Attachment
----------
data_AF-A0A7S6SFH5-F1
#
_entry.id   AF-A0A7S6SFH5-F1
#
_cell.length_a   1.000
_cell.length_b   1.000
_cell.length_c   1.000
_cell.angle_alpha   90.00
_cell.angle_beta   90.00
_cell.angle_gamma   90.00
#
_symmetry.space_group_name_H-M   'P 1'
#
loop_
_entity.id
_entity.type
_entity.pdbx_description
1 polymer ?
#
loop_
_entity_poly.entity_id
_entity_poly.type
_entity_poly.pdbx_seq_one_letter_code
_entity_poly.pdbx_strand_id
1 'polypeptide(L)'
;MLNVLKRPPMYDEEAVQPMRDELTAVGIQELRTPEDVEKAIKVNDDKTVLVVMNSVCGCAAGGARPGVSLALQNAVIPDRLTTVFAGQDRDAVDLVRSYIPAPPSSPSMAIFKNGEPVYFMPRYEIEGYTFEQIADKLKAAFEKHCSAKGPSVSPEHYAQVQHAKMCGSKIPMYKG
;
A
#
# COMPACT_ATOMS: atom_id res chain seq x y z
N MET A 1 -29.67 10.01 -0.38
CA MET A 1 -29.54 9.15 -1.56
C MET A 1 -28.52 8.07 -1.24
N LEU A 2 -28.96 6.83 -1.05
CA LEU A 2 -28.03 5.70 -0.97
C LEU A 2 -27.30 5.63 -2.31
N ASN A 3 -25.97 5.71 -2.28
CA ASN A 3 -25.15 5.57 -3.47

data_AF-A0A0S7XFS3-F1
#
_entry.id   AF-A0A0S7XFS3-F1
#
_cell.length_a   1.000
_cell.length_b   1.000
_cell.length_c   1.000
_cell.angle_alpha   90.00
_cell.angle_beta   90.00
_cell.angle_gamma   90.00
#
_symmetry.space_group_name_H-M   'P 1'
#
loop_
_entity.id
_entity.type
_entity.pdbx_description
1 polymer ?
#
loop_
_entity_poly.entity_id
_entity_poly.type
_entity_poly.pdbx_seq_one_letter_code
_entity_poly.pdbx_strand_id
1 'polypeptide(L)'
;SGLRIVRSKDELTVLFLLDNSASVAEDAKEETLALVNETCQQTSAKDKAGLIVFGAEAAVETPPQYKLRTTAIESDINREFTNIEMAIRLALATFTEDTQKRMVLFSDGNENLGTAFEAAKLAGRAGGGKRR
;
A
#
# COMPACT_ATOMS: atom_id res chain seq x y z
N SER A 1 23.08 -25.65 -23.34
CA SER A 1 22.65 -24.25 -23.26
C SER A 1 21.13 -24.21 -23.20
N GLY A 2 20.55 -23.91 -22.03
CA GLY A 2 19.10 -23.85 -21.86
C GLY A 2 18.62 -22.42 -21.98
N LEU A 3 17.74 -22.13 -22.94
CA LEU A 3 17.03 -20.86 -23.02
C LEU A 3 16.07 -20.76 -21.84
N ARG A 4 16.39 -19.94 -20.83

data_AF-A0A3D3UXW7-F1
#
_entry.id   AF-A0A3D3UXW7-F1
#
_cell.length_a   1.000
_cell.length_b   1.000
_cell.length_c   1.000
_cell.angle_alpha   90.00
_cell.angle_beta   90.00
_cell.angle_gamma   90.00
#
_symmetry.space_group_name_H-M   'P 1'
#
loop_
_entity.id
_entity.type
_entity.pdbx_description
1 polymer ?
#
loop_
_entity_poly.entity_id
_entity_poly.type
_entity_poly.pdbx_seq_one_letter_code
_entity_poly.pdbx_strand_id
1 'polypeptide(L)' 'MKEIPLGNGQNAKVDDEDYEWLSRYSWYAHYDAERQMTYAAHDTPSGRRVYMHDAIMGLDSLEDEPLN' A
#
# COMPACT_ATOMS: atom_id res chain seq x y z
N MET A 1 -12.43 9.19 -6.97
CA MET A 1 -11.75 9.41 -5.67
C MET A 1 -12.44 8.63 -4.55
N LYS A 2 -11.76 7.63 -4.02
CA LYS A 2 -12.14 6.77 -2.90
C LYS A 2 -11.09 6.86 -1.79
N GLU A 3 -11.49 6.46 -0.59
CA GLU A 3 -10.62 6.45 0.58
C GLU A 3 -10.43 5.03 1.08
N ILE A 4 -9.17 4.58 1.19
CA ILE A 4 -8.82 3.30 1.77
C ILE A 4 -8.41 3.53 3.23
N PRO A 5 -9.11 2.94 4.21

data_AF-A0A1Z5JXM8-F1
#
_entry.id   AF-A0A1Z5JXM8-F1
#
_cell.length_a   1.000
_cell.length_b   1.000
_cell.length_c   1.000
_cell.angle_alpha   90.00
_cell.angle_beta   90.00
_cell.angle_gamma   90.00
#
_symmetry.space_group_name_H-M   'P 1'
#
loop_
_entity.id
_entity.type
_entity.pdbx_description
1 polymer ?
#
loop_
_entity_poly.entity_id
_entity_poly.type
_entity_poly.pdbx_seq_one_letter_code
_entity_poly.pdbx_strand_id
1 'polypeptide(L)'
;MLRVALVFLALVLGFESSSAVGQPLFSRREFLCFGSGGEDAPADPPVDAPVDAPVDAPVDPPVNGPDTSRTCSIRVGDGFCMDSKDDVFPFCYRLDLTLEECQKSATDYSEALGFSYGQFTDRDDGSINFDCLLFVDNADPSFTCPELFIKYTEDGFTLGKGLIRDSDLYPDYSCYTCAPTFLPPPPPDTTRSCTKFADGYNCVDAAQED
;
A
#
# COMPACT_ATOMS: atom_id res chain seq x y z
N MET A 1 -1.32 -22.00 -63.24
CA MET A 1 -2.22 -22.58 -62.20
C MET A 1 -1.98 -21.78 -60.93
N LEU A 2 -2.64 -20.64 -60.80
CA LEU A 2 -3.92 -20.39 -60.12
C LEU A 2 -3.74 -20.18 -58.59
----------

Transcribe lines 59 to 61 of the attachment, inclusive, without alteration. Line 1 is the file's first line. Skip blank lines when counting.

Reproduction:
_entity_poly.entity_id
_entity_poly.type
_entity_poly.pdbx_seq_one_letter_code